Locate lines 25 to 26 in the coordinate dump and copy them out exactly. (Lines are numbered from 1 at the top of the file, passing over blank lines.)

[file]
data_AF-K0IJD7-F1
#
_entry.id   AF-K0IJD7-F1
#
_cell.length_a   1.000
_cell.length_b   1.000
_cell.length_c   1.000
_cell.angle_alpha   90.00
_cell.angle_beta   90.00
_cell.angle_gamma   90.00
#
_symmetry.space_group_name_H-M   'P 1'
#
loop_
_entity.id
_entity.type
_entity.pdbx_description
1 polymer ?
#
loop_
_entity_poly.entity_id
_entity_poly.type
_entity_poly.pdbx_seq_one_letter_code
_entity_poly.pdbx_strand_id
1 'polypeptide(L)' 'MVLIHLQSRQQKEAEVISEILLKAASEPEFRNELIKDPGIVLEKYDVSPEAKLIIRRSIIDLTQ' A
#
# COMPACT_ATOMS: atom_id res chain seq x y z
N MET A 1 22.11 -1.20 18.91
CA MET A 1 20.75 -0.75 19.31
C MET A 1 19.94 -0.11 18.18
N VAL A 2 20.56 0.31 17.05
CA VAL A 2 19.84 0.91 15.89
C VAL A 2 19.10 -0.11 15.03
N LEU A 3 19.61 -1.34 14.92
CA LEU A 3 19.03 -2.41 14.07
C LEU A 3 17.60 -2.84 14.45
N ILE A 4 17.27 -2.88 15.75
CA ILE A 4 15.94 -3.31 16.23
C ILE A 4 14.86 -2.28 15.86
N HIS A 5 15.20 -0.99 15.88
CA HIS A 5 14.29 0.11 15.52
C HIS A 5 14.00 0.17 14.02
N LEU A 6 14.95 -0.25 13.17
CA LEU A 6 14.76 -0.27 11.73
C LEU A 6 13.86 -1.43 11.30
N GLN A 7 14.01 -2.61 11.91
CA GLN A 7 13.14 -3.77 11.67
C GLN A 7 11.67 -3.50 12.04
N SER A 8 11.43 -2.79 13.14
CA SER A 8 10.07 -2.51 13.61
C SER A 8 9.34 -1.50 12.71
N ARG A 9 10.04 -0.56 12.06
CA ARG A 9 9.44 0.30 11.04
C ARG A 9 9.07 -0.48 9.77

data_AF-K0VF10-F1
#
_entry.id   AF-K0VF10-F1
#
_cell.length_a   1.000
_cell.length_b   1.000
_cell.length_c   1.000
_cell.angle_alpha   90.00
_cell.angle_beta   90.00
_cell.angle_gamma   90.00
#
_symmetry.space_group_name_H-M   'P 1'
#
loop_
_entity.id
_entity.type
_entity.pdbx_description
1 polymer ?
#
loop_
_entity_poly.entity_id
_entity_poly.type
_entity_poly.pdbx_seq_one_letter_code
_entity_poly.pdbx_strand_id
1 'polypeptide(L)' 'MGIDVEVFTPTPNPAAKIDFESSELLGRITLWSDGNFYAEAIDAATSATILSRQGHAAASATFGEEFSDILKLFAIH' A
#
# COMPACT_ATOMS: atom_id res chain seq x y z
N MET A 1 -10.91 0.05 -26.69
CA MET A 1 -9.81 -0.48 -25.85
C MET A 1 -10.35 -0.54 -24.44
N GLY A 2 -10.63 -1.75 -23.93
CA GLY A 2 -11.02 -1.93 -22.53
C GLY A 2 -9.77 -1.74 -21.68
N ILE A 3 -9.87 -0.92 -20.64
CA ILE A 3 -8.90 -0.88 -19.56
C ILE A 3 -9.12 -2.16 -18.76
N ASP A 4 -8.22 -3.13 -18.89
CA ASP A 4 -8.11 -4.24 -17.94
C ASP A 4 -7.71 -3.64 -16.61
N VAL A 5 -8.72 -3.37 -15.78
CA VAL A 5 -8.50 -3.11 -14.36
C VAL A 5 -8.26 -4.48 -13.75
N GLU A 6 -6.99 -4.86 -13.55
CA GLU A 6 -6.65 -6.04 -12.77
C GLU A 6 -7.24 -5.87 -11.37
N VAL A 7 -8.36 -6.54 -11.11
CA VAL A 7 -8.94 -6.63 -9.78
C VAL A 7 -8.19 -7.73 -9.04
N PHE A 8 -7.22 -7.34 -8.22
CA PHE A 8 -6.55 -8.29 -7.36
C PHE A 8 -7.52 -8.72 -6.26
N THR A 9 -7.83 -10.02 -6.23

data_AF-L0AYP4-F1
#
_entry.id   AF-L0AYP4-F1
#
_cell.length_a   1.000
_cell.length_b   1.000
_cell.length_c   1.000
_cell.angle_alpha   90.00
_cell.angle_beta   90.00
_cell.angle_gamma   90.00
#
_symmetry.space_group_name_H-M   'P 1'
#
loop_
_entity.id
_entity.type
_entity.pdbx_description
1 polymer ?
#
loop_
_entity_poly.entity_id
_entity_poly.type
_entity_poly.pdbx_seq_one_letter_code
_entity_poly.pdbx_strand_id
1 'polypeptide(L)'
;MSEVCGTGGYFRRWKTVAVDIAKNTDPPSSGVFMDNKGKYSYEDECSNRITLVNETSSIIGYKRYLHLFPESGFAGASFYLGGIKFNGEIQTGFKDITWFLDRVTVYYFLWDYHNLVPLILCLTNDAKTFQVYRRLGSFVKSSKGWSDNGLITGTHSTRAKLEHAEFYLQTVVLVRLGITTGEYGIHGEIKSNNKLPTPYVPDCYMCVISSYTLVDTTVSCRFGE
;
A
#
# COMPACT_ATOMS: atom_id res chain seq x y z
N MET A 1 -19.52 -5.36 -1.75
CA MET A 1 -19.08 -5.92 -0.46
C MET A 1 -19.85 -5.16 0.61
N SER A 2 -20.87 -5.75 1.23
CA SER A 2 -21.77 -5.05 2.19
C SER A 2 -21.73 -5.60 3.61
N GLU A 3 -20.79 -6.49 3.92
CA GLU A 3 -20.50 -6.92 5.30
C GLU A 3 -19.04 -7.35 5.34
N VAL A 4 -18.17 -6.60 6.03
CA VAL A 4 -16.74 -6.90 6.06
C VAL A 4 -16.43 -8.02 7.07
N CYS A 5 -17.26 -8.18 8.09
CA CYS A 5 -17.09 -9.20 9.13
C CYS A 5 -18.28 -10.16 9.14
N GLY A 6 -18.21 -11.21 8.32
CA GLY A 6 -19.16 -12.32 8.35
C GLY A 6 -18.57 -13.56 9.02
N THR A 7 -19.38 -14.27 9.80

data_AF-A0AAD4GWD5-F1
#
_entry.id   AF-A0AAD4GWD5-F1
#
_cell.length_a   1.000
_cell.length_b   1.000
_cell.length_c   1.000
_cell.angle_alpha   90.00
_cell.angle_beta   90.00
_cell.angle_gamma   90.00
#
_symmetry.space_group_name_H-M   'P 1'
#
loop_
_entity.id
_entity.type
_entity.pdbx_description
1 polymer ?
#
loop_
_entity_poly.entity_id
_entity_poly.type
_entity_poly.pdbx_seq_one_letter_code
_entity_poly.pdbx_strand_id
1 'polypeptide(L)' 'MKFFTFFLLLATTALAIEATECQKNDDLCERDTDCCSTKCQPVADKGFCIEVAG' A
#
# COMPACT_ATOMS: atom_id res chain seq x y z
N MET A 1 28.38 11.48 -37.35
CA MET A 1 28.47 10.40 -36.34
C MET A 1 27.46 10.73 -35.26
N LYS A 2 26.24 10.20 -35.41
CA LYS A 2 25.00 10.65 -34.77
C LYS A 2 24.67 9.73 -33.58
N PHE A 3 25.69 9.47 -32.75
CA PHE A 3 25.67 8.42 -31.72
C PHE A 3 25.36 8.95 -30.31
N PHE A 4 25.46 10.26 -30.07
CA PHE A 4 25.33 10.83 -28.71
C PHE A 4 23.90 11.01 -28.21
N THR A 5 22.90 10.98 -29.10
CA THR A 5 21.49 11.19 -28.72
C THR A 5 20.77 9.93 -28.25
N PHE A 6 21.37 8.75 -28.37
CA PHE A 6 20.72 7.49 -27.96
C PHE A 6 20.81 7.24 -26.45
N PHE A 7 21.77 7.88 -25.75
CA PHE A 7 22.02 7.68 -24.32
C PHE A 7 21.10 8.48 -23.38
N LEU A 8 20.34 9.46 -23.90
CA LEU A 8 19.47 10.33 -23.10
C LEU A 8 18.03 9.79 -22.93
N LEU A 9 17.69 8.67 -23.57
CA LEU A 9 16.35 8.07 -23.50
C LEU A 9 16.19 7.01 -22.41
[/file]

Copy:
1 'polypeptide(L)' 'MVLIHLQSRQQKEAEVISEILLKAASEPEFRNELIKDPGIVLEKYDVSPEAKLIIRRSIIDLTQ' A
#